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Text A. THE BRITISH MONARCHY TODAY

 

The United Kingdom is a constitutional monarchy. This means that it has a monarch (a king or a queen) as its Head of State. The monarch reigns with the support of Parliament. The powers of the monarch are not defined precisely. Everything today is done in the Queen’s name. It is her government, her armed forces, her law courts and so on. She appoints all the Ministers, including the Prime Minister. Everything is done however on the advice of the elected Government, and the monarch takes no part in the decision-making process.

Once the British Empire included a large number of countries all over the world ruled by Britain. The process of decolonisation began in 1947 with the independence of India, Pakistan and Ceylon. Now, apart from Hong Kong and a few small islands, there is no longer an empire. But the British ruling classes tried not to lose influence over the former colonies of the British Empire. An association of former members of the British Empire and Britain was founded in 1949. It is called the Commonwealth. It includes many countries such as Ireland, Burma, the Sudan, Canada, Australia, New Zealand and others. The Queen of Great Britain is also the Head of the Commonwealth, and so the Queen of Canada, Australia, New Zealand...

The Queen is very rich as are other members of the royal family. In addition, the government pays for her expenses as Head of State, for a royal yacht, train and aircraft as well as for the upkeep of several palaces. The Queen’s image appears on stamps, notes and coins.

Parliament consists of two chambers known as the House of Commons and the House of Lords. Parliament and the monarch have different roles in the government of the country, and they only meet together on symbolic occasions such as the coronation of a new monarch or the opening of Parliament. In reality, the House of Commons is the only one of the three which has true power. It is here that new bills are introduced and debated. If the majority of the members are in favour of a bill it goes to the House of Lords to be debated and finally to the monarch to be signed. Only then it becomes law. Although a bill must be supported by all three bodies, the House of Lords only has limited powers, and the monarch has not refused to sign one since the modern political system began over 200 years ago.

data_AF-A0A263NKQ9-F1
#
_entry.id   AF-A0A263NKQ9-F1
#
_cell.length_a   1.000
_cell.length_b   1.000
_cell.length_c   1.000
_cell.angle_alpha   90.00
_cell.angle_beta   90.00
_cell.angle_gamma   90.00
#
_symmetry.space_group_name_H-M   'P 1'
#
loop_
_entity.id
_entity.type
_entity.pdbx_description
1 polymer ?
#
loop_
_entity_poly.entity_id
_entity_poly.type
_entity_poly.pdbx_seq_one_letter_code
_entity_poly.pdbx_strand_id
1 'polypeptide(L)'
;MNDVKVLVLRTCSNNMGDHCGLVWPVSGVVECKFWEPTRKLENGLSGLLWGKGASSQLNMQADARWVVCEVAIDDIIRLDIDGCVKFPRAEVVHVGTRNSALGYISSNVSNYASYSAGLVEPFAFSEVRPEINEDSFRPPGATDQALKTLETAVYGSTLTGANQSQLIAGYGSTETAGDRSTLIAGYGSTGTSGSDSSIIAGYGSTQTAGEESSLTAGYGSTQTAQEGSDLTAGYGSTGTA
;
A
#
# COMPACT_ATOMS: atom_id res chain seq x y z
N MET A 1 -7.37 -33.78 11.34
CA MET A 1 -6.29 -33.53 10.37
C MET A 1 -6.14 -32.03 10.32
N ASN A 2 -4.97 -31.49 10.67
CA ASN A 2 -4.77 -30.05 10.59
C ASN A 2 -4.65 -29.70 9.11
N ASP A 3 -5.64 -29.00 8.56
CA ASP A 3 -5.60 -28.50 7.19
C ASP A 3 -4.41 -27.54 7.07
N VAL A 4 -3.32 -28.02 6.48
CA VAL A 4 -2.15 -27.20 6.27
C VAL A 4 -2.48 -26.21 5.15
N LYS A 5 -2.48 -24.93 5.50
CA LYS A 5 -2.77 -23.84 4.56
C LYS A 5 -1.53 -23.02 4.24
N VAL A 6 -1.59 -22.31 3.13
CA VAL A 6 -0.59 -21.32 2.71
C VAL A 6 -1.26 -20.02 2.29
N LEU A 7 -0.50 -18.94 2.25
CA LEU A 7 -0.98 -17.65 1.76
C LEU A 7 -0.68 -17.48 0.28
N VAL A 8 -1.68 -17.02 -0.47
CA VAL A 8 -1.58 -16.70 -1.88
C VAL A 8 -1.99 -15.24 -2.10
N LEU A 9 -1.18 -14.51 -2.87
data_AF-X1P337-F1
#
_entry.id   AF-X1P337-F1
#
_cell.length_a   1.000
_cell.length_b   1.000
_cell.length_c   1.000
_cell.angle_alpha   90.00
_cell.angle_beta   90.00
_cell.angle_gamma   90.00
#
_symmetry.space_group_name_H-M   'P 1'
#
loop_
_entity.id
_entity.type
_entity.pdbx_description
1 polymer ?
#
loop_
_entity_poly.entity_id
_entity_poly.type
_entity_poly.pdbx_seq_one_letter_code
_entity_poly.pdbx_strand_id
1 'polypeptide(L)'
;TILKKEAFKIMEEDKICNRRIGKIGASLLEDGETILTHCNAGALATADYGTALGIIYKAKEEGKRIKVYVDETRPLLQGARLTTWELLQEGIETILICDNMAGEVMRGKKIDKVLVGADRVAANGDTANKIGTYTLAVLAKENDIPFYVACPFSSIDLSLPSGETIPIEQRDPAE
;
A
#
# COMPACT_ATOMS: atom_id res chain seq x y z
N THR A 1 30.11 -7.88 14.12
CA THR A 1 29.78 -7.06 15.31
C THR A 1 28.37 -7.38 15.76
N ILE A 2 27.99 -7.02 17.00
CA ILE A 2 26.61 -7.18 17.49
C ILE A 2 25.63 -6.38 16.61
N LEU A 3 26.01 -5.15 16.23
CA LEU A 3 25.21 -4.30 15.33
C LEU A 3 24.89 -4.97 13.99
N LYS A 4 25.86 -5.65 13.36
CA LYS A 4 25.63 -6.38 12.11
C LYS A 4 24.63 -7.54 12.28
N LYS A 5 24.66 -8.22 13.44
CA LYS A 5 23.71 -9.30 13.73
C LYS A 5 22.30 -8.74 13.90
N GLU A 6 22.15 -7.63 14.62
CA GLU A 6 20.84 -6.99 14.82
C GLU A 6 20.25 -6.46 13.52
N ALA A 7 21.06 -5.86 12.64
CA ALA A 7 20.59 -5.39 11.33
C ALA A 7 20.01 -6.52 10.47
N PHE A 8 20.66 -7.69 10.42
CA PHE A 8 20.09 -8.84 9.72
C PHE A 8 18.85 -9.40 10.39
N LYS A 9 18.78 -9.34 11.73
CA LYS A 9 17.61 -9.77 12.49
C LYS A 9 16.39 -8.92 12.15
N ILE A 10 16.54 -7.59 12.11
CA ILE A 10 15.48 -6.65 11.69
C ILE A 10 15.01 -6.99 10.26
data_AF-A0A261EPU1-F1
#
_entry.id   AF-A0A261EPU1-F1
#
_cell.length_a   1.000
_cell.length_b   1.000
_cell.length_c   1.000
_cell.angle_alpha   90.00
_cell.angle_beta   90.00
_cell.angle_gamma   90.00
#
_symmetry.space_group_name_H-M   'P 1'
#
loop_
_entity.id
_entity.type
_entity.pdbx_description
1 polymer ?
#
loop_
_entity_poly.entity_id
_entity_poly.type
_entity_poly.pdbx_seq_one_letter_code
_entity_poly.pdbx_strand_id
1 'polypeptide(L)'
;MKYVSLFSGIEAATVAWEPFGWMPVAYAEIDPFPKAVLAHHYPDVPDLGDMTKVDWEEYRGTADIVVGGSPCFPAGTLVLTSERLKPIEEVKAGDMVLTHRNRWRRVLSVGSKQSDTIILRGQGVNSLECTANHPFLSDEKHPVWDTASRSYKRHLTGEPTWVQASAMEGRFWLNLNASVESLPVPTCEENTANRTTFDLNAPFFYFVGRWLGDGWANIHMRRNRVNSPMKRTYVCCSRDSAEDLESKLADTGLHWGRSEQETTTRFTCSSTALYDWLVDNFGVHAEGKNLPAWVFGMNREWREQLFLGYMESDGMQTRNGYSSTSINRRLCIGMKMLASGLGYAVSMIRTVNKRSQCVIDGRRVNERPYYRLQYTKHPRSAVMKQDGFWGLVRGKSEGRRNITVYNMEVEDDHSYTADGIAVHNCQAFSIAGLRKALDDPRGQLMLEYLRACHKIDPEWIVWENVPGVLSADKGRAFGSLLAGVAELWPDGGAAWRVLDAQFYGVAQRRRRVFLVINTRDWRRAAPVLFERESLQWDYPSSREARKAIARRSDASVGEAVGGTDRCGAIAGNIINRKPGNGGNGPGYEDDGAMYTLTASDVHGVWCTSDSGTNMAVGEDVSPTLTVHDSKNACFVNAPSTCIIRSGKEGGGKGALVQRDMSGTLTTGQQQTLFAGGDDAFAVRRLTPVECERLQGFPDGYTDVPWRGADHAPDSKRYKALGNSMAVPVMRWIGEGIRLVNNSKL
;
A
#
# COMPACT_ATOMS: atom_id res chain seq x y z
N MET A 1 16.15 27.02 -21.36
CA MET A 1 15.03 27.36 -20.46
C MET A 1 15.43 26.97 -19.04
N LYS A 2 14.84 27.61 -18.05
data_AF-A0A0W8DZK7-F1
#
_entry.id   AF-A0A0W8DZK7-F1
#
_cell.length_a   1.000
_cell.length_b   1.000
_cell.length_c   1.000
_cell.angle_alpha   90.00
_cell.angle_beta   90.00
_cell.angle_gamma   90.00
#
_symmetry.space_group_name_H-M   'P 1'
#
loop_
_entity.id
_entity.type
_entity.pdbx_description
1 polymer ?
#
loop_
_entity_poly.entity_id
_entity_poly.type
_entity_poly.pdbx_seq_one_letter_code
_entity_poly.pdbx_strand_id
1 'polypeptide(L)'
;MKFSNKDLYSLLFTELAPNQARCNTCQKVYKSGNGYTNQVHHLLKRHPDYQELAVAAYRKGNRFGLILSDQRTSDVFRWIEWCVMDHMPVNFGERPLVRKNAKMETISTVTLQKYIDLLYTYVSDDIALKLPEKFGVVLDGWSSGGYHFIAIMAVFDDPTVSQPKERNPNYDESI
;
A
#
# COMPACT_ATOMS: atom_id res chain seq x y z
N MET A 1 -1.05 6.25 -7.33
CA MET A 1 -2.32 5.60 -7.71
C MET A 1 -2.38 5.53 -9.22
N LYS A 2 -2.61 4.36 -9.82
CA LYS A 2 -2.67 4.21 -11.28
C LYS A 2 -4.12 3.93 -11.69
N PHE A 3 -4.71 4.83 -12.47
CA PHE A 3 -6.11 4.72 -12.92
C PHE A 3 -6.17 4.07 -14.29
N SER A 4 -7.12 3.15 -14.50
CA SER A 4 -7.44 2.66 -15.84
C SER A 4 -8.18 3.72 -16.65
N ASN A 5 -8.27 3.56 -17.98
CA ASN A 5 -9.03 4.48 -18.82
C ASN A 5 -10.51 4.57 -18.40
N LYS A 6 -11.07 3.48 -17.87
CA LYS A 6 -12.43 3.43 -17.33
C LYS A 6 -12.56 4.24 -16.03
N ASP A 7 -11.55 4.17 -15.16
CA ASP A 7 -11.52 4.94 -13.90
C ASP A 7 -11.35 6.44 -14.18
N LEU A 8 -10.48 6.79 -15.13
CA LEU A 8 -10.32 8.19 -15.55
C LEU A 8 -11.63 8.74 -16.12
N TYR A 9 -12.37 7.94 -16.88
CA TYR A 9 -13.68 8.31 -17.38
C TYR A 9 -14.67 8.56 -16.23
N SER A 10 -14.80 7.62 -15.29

Text B. THE BRITISH PARLIAMENT AND THE ELECTORAL SYSTEM

 

The British Parliament consists of the House of Lords and the House of Commons and the Queen as its head.

The House of Commons plays the major role in law-making. It consists of Members of Parliament (called MPs for short), each of whom represents an area in England, Scotland, Wales or Northern Ireland. MPs are elected either at a general election, or at a by-election following the death or retirement of an MP.

Parliamentary elections must be held every five years, but the Prime Minister can decide on the exact date within those five years. The minimum voting age is 18, and the voting is taken by secret ballot.

The election campaign lasts about three weeks. The election is decided on a simple majority-the candidate with most votes wins. An MP who wins by a small number of votes may have more votes against him (that is, for the other candidates) than for him. Many people think that it is unfair because the wishes of those who voted for the unsuccessful candidates are not represented at all. The British parliamentary system depends on political parties. The political parties choose candidates in elections. The party which wins the majority of seats forms the Government and its leader usually becomes Prime Minister. The Prime Minister chooses about 20 MPs from his or her party to become the Cabinet of Ministers. Each minister is responsible for a particular area of the government: The second largest party becomes the official opposition with its own leader and ‘Shadow cabinet’. Leader of the Opposition is a recognized post in the House of Commons.

 

Text C. THE HOUSE OF COMMONS

 

The House of Commons is made up of 650 elected members, known as Members of Parliament (MPs). The House of Commons is presided over by the Speaker2, a member acceptable to the whole House. MPs sit on two sides of the hall, one side for the governing party and the other for the opposition. The first two rows of seats are occupied by the leading members of both parties (called ‘front-benchers’)3, the back benches belong to the rank-and-file MPs (‘back-benchers’)4. Each session of the House of Commons lasts for 160-175 days. Parliament has intervals during its work. MPs are paid for their parliamentary work and have to attend -the sittings. MPs have to catch the Speaker’s eye when they want to speak, then they rise from where they have been sitting to address the House and must do so without either reading a prepared speech or con­sulting notes.